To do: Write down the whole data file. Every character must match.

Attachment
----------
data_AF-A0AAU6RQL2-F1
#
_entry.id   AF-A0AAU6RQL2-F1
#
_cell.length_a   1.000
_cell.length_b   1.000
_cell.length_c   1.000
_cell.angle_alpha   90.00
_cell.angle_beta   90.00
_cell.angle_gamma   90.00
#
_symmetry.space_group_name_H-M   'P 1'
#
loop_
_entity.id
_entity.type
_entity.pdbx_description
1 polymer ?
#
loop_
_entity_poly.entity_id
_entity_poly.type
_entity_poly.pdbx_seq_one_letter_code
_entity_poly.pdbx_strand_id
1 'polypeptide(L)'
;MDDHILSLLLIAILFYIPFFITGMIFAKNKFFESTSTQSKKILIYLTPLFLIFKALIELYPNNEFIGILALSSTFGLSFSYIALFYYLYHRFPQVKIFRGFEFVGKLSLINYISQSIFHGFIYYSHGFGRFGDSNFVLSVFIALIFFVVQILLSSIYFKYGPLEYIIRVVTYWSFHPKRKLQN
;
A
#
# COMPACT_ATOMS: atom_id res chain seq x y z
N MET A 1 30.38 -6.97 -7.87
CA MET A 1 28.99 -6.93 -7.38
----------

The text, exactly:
data_AF-A0AAU6RQL2-F1
#
_entry.id   AF-A0AAU6RQL2-F1
#
_cell.length_a   1.000
_cell.length_b   1.000
_cell.length_c   1.000
_cell.angle_alpha   90.00
_cell.angle_beta   90.00
_cell.angle_gamma   90.00
#
_symmetry.space_group_name_H-M   'P 1'
#
loop_
_entity.id
_entity.type
_entity.pdbx_description
1 polymer ?
#
loop_
_entity_poly.entity_id
_entity_poly.type
_entity_poly.pdbx_seq_one_letter_code
_entity_poly.pdbx_strand_id
1 'polypeptide(L)'
;MDDHILSLLLIAILFYIPFFITGMIFAKNKFFESTSTQSKKILIYLTPLFLIFKALIELYPNNEFIGILALSSTFGLSFSYIALFYYLYHRFPQVKIFRGFEFVGKLSLINYISQSIFHGFIYYSHGFGRFGDSNFVLSVFIALIFFVVQILLSSIYFKYGPLEYIIRVVTYWSFHPKRKLQN
;
A
#
# COMPACT_ATOMS: atom_id res chain seq x y z
N MET A 1 30.38 -6.97 -7.87
CA MET A 1 28.99 -6.93 -7.38